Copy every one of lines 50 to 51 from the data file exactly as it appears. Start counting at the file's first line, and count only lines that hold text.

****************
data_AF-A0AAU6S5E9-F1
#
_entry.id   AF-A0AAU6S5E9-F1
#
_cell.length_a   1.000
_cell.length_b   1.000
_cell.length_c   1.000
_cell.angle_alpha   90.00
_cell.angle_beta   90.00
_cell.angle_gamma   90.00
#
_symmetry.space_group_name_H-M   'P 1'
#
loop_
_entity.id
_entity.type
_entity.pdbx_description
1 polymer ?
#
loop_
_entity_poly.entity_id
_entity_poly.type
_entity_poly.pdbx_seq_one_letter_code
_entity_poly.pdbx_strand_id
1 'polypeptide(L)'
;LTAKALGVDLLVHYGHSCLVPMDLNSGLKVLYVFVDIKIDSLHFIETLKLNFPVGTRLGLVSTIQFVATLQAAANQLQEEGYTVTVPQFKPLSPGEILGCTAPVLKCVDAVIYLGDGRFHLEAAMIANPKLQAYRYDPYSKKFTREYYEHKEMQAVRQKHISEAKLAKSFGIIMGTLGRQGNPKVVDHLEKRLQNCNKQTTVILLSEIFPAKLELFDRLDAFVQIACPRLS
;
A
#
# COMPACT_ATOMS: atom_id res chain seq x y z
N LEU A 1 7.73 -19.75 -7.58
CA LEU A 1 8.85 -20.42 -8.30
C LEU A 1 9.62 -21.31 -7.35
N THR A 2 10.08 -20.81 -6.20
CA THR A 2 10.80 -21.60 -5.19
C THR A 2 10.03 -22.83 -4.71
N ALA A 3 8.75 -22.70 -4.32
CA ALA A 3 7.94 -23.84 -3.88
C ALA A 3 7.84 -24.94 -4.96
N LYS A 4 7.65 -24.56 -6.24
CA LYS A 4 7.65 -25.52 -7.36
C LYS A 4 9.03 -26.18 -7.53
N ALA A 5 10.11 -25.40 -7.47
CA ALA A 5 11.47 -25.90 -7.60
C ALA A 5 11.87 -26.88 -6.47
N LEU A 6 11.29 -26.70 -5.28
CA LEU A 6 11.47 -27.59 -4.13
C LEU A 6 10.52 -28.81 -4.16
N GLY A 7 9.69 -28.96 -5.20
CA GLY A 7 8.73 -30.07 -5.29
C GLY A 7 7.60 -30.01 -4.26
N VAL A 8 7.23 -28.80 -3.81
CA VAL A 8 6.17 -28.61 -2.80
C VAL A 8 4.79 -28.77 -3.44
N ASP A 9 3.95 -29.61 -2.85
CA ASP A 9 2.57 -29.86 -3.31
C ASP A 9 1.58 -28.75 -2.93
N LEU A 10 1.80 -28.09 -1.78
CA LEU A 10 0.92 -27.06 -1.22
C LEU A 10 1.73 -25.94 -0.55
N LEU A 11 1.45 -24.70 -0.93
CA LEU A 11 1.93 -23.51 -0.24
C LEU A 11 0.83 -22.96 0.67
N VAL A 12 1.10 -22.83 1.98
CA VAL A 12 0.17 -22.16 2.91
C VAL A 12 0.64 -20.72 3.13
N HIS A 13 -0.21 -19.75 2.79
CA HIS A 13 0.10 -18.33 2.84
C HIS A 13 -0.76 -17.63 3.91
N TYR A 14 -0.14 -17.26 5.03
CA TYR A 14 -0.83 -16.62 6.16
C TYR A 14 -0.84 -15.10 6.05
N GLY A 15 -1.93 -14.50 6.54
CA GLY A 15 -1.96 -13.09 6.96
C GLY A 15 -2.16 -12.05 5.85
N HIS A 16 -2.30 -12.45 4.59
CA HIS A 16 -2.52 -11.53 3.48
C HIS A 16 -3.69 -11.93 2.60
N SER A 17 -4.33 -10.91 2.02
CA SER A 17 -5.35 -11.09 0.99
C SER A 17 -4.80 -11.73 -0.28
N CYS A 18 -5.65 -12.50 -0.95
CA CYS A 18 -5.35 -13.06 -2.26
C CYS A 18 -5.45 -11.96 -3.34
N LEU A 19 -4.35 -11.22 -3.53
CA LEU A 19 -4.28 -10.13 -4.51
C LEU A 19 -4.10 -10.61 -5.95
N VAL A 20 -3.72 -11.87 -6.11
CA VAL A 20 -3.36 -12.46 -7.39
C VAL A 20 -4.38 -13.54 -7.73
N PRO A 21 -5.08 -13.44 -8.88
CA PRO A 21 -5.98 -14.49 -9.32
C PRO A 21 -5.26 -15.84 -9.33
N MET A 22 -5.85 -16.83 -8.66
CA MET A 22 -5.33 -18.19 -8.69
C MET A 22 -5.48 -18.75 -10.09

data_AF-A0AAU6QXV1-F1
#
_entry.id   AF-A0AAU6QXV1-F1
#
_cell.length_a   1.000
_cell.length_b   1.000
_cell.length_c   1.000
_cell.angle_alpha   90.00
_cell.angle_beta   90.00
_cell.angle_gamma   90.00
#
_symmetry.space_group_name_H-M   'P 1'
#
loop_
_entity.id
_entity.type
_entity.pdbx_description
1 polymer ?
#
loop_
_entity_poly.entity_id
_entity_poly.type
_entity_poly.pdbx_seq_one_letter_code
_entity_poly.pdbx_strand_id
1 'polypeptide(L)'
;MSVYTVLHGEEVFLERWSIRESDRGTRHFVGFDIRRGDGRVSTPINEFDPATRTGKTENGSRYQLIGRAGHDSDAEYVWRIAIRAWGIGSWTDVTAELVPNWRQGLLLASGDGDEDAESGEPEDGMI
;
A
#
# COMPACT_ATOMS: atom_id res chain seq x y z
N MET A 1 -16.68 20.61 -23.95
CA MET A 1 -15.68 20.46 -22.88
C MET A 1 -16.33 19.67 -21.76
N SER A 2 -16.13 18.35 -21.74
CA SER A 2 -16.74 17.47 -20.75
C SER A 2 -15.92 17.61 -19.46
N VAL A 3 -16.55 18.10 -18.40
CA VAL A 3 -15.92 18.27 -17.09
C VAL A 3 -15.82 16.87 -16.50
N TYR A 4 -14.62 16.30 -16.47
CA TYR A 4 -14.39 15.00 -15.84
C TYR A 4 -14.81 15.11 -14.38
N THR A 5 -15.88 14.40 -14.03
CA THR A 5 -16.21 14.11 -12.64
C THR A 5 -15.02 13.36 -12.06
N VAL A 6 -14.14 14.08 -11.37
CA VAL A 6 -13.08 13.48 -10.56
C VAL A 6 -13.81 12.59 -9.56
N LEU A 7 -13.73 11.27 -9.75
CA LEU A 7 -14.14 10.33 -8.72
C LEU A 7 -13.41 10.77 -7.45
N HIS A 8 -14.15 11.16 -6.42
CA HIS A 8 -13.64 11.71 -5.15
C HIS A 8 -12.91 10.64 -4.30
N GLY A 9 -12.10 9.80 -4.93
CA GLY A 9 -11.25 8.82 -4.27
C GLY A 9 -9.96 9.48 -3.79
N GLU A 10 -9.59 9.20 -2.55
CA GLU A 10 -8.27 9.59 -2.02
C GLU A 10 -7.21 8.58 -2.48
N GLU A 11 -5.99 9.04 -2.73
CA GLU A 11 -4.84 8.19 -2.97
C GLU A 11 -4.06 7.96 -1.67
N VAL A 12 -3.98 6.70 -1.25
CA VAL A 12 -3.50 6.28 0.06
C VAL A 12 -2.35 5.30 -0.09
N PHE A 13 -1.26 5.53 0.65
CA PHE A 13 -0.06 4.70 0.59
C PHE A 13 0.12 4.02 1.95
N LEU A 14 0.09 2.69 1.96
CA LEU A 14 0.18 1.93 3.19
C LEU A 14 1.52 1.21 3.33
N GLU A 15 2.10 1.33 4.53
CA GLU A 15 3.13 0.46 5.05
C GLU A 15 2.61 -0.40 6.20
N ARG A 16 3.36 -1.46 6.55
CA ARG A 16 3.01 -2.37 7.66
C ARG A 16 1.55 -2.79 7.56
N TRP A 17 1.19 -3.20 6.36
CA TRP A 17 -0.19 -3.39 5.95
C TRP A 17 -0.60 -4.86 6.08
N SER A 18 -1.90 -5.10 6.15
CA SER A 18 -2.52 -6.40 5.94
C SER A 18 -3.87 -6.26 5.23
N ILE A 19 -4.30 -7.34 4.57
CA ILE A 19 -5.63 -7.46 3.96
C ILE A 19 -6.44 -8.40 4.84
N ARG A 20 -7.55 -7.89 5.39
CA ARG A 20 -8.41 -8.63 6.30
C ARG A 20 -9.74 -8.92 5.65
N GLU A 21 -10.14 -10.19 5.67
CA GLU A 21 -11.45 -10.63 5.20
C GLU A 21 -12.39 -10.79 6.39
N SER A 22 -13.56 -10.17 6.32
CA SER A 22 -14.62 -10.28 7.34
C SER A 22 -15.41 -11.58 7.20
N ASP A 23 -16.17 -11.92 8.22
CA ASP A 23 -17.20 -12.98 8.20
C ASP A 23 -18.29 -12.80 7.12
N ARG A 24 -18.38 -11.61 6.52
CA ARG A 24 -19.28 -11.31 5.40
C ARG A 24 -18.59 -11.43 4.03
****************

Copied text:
CA GLY A 7 8.73 -30.07 -5.29
C GLY A 7 7.60 -30.01 -4.26